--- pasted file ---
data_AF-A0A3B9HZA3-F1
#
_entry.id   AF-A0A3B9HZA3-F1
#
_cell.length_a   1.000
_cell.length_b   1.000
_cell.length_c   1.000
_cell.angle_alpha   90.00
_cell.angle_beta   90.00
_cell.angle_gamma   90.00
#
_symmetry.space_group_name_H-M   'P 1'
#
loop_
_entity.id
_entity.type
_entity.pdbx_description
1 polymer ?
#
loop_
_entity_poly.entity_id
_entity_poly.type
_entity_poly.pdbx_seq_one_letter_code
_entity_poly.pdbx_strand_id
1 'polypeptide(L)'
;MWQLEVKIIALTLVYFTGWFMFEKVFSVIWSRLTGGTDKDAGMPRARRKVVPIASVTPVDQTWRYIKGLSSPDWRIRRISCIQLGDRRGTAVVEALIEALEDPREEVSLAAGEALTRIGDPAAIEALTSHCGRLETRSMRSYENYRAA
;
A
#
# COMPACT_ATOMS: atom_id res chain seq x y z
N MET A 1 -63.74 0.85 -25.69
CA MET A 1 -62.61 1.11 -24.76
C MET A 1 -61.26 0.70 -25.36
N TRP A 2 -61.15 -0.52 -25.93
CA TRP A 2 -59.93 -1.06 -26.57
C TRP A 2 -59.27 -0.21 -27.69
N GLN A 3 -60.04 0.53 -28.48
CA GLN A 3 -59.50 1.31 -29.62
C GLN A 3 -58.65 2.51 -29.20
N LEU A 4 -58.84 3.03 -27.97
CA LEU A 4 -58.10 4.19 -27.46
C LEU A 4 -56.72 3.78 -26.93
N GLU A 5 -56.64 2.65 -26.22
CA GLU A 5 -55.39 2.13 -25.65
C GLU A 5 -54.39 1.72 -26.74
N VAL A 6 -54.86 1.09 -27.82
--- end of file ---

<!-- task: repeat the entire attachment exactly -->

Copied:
data_AF-A0A3B9HZA3-F1
#
_entry.id   AF-A0A3B9HZA3-F1
#
_cell.length_a   1.000
_cell.length_b   1.000
_cell.length_c   1.000
_cell.angle_alpha   90.00
_cell.angle_beta   90.00
_cell.angle_gamma   90.00
#
_symmetry.space_group_name_H-M   'P 1'
#
loop_
_entity.id
_entity.type
_entity.pdbx_description
1 polymer ?
#
loop_
_entity_poly.entity_id
_entity_poly.type
_entity_poly.pdbx_seq_one_letter_code
_entity_poly.pdbx_strand_id
1 'polypeptide(L)'
;MWQLEVKIIALTLVYFTGWFMFEKVFSVIWSRLTGGTDKDAGMPRARRKVVPIASVTPVDQTWRYIKGLSSPDWRIRRISCIQLGDRRGTAVVEALIEALEDPREEVSLAAGEALTRIGDPAAIEALTSHCGRLETRSMRSYENYRAA
;
A
#
# COMPACT_ATOMS: atom_id res chain seq x y z
N MET A 1 -63.74 0.85 -25.69
CA MET A 1 -62.61 1.11 -24.76
C MET A 1 -61.26 0.70 -25.36
N TRP A 2 -61.15 -0.52 -25.93
CA TRP A 2 -59.93 -1.06 -26.57
C TRP A 2 -59.27 -0.21 -27.69
N GLN A 3 -60.04 0.53 -28.48
CA GLN A 3 -59.50 1.31 -29.62
C GLN A 3 -58.65 2.51 -29.20
N LEU A 4 -58.84 3.03 -27.97
CA LEU A 4 -58.10 4.19 -27.46
C LEU A 4 -56.72 3.78 -26.93
N GLU A 5 -56.64 2.65 -26.22
CA GLU A 5 -55.39 2.13 -25.65
C GLU A 5 -54.39 1.72 -26.74
N VAL A 6 -54.86 1.09 -27.82